"Never sing my music again. My music is for Phoenix; only she can sing it. Anyone else who tries dies."
A struggling young musician/songwriter, Winslow is introduced making a futile attempt to advertise his talents by playing at one of Swan's clubs... during the intermission. Doubly unfortunately, Swan overhears him playing, and orders his music stolen so that he can use it to open the Paradise; when Winslow tries to protest this, he's promptly framed for drug dealing and given a life sentence in Sing Sing, where he remains- up until he happens to hear his cantata playing on the radio. Following a rage-fueled escape and a traumatic scarring, Winslow finally makes his way to the Paradise, taking on the identity of the Phantom to take revenge on Swan.
Anti-Hero: Type IV, at least once he becomes the Phantom. Quite apart from his various attacks on the Juicy Fruits and Beef, he also garrotes an innocent spotlight operator so that Phoenix will be properly lit.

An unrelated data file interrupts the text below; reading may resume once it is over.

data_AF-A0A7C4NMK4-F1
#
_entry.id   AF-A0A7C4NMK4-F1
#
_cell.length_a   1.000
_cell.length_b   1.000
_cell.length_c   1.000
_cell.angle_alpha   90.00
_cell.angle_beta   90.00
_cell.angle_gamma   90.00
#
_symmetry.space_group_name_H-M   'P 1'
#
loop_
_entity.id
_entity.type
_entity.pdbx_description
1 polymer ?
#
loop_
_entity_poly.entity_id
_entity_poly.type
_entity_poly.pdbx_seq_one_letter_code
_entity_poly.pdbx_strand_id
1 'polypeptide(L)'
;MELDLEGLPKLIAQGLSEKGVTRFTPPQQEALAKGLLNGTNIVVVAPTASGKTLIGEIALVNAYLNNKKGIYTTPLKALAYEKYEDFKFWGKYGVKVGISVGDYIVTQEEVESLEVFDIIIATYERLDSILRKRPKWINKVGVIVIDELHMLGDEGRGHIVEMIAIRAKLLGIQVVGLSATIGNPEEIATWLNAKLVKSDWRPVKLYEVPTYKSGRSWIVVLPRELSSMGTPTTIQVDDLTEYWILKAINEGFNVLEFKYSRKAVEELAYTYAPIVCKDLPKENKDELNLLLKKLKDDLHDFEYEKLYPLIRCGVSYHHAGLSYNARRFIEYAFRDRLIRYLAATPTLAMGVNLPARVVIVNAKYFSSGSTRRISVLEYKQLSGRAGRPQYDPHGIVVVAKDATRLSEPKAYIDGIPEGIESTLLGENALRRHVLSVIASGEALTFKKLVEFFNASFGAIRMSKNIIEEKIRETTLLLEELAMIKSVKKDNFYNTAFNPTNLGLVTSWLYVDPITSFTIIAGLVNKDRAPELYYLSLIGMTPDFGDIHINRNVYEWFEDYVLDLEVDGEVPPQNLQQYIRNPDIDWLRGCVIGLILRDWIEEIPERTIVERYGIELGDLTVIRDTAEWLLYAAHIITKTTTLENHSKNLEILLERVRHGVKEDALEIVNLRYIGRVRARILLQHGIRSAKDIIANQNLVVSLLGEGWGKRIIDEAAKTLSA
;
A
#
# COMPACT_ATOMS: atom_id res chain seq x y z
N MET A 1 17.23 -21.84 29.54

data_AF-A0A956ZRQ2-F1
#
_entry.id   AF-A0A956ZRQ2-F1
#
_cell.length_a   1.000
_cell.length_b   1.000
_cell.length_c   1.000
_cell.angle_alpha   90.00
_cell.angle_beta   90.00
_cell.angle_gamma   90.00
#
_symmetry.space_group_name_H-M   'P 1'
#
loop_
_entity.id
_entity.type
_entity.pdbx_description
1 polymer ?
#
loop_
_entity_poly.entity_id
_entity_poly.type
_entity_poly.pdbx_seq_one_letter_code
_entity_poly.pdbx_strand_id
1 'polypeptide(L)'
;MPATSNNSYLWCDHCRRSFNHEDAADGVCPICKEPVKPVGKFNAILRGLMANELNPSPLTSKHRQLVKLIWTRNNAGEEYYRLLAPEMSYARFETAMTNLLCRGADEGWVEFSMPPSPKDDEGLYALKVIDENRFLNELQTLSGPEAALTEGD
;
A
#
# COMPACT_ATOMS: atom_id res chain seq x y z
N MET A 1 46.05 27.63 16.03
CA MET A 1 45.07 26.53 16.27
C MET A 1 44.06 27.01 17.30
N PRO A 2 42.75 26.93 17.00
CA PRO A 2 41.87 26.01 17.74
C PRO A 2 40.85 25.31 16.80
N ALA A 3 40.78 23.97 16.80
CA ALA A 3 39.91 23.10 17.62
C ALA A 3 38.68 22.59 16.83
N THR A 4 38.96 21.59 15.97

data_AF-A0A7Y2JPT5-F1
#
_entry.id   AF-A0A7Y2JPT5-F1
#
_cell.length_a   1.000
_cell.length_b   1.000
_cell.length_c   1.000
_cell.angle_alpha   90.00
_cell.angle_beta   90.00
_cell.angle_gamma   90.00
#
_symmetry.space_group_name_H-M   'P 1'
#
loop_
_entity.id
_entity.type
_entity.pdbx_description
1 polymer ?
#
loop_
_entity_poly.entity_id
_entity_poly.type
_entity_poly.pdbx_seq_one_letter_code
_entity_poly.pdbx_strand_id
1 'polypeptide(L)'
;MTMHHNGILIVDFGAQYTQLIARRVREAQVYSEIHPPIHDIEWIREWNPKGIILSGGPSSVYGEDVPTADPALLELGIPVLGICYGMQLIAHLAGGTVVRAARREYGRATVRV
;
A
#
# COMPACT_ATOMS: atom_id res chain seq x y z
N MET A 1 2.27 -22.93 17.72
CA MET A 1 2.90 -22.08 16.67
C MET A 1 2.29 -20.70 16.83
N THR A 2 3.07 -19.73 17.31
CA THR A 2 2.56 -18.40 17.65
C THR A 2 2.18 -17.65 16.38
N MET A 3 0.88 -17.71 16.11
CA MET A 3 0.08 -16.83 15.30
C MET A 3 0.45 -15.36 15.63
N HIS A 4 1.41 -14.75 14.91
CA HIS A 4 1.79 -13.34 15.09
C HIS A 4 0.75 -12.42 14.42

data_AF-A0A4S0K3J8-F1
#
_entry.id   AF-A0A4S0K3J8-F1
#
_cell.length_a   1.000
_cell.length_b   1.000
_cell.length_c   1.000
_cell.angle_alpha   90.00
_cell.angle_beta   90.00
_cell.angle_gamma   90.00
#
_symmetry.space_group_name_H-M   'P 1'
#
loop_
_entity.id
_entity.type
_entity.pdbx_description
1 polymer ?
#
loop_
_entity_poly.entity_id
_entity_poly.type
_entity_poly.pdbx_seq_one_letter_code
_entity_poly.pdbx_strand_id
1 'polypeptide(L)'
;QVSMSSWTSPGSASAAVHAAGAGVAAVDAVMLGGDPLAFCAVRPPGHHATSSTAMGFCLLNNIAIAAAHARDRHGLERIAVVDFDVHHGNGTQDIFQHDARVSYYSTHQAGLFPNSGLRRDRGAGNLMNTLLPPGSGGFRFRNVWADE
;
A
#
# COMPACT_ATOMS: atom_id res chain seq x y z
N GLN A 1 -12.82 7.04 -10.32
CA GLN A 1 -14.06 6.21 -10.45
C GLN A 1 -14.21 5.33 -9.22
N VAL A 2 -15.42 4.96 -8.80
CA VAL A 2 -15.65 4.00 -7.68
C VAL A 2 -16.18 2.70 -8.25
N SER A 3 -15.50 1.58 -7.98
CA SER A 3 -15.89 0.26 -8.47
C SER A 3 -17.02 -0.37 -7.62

Berserk Button: He flies into a rage at even the suggestion that the Juicy Fruits should sing Faust instead of him; after his disfiguration, he changes his mind and decides that Phoenix would be better - and also escalates to killing anyone who tries to stop her.
Beware the Nice Ones: Winslow was generally pretty shy and retiring before becoming the Phantom— with the possible exception of his Berserk Button. After his imprisonment and disfiguration, though...
Cheap Costume: Most of Winslow's costume was stolen from the Paradise's wardrobe.
Disguised in Drag: In a particularly desperate attempt to interview Swan regarding his music, Winslow dresses up as one of the auditioning actresses and sneaks into Swanage. It doesn't work, and only nets Winslow a thrashing from Swan's bodyguards.
Took a Level in Badass: Starts the movie as a soft-voiced dork and becomes a monstrous looking and sounding murderer and saboteur capable of breaking through a brick wall backed by a steel door.
Trauma Conga Line: In the first half-hour of the film alone, he's ripped off by Swan, beaten up by Swan's bodyguards, framed for drug dealing, imprisoned at Sing Sing, where his teeth are pulled and replaced with steel prosthetics. Oh, and his escape ends with his face and vocal chords being crushed by a record press... which was set up to produce his own music. After that, getting shot in the leg and falling into the East River seems positively gentle by comparison.
"You know how I abhor perfection in anyone but myself."